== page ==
Every time I sit down to write a post for this site it feels like I am bumping into this invisible wall of thought. I get caught in this horrible imposter syndrome loop that leads me to either write something and delete it, or not write anything at all. I am almost certain this isn’t the best way to start an article on minimalism. But the reason I am choosing to start here, with this topic, is because thankfully minimalism is largely individual to the person or persons that practice it.
So what is minimalism? Is it the idea that you get rid of all you things, your worldly possessions as it were, and live with close to nothing? Maybe. Is it clearing your entire workspace so you can think better? Possibly. Is it wearing the same outfit every day so you don’t have to decide what to wear? For some people. Or perhaps it is none of those.
If you are confused so was I. When I chose to embark on the path of “less” years ago my idea was that by eliminating clutter from my life, as in actual possessions, it would free me up to place more value on the things I did own. And it worked, and it is also where you can stop if you want. So to make things more clear I can give you a bit of a timeline. Years ago I discovered two gentlemen Joshua Fields Millburn & Ryan Nicodemus who had a documentary on Netflix aptly named “Minimalism.” The idea that two gentlemen who were for all intents and purposes at the top of their game who chose to give up so much was appealing to me. I don’t have everything by far but I certainly have a lot of metal clutter.
After watching the documentary I took a look around my house, which isn’t that cluttered honestly, and made a choice that I was going to remove things that simply took up space. At that time we had moved in about a year ago and still had yet to purchase a book shelf. So all of the books we had accumulated for the last 8 years were shoved in every nook and cranny in the house. I simply love books, and had somewhat of an attachment to keeping them, but they certainly weren’t giving my life any value. I knew that if I sold them they wouldn’t potentially give someone else’s life value. So we went down to our local book exchange store and dropped off over a 100 books. Some we were able to sell, some we simply donated. Interestingly after wards we used the money to buy the children more books which gave their life value.
Did this simple act of removing one thing completely alter my life for the better, no not really. But that isn’t really the point. Books were just a material thing I was holding on to. It was just a symbol for mental and physical clutter in my life. So over the next few month I started opening up storage bins, cabinets, and closets, to find those long lost forgotten things that no longer really served a purpose but I held on to. Now that made and impact in my life.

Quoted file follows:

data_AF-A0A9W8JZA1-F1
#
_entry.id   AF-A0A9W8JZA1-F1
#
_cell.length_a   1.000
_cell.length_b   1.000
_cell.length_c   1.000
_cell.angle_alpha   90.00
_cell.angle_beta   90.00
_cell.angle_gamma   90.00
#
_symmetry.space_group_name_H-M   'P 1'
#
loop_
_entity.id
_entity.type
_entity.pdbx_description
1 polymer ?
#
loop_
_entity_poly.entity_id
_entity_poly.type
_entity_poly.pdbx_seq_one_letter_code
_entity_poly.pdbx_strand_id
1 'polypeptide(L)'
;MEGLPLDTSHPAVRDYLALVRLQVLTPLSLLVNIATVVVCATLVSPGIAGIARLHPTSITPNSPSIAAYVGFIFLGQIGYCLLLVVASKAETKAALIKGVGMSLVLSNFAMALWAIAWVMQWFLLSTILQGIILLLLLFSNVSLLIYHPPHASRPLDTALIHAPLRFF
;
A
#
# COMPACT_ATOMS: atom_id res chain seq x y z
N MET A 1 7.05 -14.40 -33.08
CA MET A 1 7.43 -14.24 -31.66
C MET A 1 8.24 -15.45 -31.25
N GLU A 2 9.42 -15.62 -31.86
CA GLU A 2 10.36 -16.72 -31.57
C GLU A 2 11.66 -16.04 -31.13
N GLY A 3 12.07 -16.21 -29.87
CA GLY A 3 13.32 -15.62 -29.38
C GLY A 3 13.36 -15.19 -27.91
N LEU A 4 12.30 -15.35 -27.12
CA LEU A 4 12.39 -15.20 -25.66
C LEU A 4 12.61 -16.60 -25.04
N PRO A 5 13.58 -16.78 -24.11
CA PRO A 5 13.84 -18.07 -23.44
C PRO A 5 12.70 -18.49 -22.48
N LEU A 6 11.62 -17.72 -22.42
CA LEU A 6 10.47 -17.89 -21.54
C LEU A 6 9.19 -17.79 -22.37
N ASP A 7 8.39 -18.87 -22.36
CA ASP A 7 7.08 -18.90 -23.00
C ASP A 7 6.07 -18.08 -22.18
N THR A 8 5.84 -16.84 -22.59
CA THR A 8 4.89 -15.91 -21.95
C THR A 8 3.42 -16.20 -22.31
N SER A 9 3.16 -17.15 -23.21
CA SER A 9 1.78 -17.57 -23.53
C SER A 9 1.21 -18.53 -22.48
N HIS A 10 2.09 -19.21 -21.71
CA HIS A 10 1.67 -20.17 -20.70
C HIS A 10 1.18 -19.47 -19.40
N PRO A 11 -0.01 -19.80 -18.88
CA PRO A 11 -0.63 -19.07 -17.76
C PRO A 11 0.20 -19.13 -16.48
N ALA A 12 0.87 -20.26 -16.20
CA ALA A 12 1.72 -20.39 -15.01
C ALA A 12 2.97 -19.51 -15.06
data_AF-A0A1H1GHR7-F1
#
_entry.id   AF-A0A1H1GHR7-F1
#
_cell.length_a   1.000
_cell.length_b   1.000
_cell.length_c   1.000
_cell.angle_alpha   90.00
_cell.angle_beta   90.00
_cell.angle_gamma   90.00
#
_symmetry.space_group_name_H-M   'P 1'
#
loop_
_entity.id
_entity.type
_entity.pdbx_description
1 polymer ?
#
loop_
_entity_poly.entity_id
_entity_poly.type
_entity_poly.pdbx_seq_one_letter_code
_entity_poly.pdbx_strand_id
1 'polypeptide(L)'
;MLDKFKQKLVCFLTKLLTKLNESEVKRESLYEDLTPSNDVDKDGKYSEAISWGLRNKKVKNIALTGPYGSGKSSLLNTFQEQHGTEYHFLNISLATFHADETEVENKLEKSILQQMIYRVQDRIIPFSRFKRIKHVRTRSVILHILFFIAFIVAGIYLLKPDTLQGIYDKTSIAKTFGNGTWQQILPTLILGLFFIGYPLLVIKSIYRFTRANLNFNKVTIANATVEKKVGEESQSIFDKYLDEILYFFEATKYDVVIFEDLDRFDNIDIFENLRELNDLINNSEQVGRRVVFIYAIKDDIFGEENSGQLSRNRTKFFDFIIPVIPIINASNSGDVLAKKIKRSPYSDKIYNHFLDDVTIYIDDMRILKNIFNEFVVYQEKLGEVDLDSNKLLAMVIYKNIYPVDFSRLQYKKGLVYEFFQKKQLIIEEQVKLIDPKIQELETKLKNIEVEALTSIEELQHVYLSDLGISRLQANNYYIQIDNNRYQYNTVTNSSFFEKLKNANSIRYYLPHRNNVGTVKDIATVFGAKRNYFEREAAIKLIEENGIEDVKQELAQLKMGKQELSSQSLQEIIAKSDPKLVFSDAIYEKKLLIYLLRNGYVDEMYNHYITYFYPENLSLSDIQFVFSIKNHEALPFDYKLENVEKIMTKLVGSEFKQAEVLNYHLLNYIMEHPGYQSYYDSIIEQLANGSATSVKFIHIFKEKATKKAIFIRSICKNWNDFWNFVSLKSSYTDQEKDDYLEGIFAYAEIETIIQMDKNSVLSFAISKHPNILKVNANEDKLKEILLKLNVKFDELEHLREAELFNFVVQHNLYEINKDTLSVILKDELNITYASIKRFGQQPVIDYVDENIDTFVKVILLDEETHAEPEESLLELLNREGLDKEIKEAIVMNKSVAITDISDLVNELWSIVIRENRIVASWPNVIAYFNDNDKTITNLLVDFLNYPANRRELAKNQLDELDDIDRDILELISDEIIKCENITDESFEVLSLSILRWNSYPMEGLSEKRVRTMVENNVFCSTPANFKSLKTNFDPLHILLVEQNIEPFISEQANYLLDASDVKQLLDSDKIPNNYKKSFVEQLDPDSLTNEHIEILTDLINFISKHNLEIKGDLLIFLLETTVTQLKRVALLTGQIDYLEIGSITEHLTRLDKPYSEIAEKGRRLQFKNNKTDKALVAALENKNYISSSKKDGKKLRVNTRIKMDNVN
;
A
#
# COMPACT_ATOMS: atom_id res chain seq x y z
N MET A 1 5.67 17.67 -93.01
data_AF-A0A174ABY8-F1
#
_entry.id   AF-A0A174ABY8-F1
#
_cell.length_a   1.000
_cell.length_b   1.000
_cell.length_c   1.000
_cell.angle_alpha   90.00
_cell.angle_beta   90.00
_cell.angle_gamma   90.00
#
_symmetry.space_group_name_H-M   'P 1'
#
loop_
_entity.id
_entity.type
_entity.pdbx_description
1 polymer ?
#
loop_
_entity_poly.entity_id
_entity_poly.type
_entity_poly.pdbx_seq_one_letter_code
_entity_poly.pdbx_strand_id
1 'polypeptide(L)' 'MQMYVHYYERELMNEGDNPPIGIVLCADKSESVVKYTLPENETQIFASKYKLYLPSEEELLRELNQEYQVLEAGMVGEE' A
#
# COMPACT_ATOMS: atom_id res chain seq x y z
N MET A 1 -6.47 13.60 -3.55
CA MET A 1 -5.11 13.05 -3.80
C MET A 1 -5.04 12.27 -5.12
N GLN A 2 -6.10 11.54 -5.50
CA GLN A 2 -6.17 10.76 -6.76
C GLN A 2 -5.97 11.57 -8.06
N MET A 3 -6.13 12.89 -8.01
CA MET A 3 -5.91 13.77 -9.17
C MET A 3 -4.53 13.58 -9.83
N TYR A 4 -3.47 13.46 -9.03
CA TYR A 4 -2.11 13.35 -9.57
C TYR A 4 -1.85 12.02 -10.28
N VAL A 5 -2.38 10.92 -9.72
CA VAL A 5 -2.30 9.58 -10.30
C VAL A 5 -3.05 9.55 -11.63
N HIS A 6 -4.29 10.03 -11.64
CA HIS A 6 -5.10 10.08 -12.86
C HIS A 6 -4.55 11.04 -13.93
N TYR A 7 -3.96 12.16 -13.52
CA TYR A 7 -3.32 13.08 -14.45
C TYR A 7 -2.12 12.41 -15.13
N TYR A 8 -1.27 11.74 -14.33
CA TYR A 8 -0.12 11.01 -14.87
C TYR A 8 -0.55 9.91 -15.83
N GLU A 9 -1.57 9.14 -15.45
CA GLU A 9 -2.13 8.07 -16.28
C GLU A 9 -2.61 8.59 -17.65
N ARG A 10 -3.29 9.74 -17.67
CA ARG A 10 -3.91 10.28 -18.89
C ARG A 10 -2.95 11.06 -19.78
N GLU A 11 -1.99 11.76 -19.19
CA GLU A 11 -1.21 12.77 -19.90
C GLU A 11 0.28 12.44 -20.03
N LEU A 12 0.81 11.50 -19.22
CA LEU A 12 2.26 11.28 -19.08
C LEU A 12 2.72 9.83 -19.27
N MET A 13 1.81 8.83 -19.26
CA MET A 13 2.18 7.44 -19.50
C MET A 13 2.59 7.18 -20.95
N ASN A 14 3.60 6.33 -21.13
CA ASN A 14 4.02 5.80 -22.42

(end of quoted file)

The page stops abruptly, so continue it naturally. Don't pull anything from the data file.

The final thing I did away with was choice. This one will probably be harder for some people to get on board with but it was one of the best things I did for myself. Anyone that works night shift for any amount of time like myself will find that your brain operates in a constant state of fog. What is easy for some to remember is not so easy for us. One day I was looking at my wardrobe for something to wear and after about 5 minutes of staring at my clothes I still hadn’t decided. This might seem trivial to some, but for me I don’t like wasting my time on something as simple as what to wear. So I started doing some research on the “minimalism” answer to clothing. and I stumbled across the idea of the capsule wardrobe. The idea behind it is to widdle your entire wardrobe down to basically an essential set of clothing that covers most of your basic needs; work, the gym, social outings. I took this one step further and found a singular outfit and bought seven of them. Like I said probably not for everyone. But I now have an outfit for work, and outfit working out, and an outfit for social outings. I walk into my closet, I grab almost blindly an outfit and I put it on. We make thousands of large and small choices every day. Some we aren’t even consciously aware of. If I could eliminate at least one choice from my mental clutter I could achieve some amount of freedom. Does this drastically change my life? Maybe not. But I certainly took the philosophy of eliminating choices and applied it everywhere I could in life. That is why we create habits and routines, so we don’t have to think about something.
Find what minimalism can be in your life. It certainly won’t hurt.